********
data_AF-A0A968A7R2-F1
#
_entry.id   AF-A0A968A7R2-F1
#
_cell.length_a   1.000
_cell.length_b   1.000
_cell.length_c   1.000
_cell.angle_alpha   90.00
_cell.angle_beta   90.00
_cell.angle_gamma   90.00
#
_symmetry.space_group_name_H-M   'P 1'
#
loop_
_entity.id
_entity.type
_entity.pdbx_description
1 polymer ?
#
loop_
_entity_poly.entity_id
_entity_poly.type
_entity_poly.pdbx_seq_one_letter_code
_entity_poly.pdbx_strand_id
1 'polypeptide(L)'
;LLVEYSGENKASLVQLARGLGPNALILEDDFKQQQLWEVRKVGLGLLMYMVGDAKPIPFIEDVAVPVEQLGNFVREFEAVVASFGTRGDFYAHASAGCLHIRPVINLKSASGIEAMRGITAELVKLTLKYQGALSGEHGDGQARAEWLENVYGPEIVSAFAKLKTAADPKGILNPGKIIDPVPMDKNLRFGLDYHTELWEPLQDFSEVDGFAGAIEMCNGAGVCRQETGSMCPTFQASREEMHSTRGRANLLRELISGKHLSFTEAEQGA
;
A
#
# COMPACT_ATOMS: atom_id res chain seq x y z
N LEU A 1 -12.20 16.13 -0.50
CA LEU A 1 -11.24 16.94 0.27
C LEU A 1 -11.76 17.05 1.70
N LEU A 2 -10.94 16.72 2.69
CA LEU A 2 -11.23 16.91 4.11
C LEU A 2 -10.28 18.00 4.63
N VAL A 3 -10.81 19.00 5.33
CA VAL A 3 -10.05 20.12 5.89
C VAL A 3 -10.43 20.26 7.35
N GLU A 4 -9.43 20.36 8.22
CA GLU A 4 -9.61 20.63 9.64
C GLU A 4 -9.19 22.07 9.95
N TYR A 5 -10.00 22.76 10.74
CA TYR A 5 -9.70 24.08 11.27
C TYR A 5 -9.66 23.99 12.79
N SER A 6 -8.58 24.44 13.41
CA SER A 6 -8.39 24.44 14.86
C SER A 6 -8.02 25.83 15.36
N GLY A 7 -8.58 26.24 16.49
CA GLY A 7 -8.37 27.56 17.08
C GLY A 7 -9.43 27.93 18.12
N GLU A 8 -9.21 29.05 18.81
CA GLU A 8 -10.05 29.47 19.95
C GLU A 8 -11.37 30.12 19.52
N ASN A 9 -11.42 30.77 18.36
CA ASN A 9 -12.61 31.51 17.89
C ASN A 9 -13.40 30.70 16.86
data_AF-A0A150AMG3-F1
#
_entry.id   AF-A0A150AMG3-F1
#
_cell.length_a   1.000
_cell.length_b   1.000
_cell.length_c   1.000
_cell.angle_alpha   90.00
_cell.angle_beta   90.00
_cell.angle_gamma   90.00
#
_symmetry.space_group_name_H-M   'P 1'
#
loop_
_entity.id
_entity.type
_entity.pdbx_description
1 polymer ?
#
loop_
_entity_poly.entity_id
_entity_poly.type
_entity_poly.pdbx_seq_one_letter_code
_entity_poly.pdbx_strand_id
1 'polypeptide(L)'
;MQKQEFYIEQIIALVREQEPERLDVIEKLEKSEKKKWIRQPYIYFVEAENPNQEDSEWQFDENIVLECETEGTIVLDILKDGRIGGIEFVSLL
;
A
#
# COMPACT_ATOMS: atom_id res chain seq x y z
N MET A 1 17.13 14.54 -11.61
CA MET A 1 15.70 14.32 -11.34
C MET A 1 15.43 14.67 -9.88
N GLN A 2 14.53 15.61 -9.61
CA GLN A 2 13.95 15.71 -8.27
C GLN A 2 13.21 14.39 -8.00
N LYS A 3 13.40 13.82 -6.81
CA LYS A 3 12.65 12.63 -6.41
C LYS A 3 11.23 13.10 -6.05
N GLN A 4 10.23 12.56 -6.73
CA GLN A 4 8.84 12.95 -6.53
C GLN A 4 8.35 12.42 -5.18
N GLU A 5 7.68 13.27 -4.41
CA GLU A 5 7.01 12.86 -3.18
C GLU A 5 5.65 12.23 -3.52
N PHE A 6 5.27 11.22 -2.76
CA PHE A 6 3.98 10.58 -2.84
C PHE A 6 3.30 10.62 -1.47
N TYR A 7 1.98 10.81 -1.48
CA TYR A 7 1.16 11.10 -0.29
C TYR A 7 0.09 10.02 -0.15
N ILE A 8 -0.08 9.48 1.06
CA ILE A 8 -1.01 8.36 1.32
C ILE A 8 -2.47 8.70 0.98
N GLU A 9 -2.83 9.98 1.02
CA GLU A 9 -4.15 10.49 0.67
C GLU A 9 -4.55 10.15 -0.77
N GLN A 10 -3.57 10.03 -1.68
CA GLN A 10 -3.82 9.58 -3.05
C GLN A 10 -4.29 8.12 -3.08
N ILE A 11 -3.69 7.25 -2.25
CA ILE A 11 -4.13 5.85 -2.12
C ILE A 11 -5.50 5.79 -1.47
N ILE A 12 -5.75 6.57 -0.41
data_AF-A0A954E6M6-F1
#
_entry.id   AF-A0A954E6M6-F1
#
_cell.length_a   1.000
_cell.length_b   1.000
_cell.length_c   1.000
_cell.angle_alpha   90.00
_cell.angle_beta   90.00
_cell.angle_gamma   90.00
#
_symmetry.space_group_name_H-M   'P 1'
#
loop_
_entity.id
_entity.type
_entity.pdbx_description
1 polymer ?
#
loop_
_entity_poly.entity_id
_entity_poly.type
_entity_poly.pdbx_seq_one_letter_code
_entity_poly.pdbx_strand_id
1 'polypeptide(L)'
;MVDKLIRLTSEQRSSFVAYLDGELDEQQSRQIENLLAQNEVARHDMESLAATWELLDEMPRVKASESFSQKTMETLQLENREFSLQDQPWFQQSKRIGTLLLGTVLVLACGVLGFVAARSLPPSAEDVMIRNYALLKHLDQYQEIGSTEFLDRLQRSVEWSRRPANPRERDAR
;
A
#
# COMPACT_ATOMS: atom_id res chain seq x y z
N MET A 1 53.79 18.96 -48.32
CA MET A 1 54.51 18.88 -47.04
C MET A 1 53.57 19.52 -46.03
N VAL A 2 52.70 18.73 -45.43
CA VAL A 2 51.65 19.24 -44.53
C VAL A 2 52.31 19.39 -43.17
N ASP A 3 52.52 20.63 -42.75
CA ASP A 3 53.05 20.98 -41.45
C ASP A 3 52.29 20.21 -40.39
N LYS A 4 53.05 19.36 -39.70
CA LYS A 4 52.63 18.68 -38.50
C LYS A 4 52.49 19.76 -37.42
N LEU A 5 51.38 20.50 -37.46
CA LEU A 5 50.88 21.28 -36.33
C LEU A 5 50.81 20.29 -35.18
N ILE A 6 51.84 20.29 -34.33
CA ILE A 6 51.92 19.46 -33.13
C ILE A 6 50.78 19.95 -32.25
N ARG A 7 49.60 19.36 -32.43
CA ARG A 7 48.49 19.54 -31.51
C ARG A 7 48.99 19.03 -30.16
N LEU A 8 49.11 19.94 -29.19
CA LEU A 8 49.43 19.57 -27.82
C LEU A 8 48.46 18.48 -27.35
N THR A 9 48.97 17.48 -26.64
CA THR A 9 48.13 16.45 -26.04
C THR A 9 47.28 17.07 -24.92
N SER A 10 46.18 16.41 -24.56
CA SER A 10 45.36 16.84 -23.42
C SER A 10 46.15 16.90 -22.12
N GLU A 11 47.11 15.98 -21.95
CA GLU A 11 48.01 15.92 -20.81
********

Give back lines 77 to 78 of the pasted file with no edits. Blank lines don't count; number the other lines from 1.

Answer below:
loop_
_entity_poly.entity_id